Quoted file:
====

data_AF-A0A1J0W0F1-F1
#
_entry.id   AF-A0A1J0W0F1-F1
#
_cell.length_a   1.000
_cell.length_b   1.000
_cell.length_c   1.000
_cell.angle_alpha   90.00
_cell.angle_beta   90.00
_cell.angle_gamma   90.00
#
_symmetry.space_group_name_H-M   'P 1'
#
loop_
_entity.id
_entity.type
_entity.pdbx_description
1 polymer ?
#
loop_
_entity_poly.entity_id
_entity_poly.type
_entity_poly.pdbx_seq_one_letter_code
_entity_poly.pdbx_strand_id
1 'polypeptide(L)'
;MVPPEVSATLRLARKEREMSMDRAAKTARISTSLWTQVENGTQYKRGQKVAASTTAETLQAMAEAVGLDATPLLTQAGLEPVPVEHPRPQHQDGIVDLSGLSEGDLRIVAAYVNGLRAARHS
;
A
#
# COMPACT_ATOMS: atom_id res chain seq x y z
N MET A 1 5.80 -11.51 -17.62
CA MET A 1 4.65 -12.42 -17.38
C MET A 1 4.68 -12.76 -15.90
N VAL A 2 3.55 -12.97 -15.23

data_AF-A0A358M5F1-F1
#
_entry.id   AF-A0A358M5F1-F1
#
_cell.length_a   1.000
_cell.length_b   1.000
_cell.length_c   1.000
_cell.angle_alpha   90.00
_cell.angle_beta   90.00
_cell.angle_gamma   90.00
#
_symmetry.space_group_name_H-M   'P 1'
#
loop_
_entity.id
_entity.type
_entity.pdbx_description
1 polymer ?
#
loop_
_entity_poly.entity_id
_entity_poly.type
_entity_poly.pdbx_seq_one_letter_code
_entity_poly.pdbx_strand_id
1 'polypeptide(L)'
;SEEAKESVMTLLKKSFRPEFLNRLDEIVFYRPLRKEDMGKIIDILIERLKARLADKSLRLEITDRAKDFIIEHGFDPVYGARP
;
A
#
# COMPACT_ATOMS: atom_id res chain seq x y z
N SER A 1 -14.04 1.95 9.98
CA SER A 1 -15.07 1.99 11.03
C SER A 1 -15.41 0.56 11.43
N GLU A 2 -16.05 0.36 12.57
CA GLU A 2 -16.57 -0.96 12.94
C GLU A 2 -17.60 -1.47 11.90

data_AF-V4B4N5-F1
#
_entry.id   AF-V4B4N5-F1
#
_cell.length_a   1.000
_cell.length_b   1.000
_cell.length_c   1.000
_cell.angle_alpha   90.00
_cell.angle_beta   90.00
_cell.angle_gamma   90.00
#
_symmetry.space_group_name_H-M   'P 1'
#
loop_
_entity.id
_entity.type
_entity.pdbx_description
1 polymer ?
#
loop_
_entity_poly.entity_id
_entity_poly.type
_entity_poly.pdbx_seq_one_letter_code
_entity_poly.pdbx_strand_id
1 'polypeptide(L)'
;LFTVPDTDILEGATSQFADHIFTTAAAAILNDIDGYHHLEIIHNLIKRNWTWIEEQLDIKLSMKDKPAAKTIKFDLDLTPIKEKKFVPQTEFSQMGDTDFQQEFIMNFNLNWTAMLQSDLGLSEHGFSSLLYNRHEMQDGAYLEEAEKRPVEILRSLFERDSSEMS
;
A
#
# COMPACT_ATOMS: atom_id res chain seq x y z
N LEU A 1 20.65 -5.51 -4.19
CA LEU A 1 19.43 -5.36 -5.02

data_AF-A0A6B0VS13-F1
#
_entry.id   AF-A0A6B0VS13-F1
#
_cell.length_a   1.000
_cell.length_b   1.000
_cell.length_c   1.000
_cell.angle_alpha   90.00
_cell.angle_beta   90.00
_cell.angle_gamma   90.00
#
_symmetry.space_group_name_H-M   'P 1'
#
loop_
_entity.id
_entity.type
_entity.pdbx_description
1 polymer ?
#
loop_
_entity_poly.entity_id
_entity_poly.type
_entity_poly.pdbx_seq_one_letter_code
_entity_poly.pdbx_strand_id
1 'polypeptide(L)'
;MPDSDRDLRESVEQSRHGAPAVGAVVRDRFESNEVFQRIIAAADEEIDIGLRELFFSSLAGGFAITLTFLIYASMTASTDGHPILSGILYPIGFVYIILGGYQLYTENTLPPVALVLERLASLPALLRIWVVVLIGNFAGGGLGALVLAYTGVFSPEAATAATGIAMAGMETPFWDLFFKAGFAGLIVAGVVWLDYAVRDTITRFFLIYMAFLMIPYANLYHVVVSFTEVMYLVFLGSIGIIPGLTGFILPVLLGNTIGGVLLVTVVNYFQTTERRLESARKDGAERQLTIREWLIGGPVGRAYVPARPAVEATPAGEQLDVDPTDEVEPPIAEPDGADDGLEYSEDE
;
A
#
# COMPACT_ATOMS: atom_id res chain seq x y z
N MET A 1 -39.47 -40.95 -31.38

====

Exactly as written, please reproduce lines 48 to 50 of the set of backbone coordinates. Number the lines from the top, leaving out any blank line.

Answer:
loop_
_entity.id
_entity.type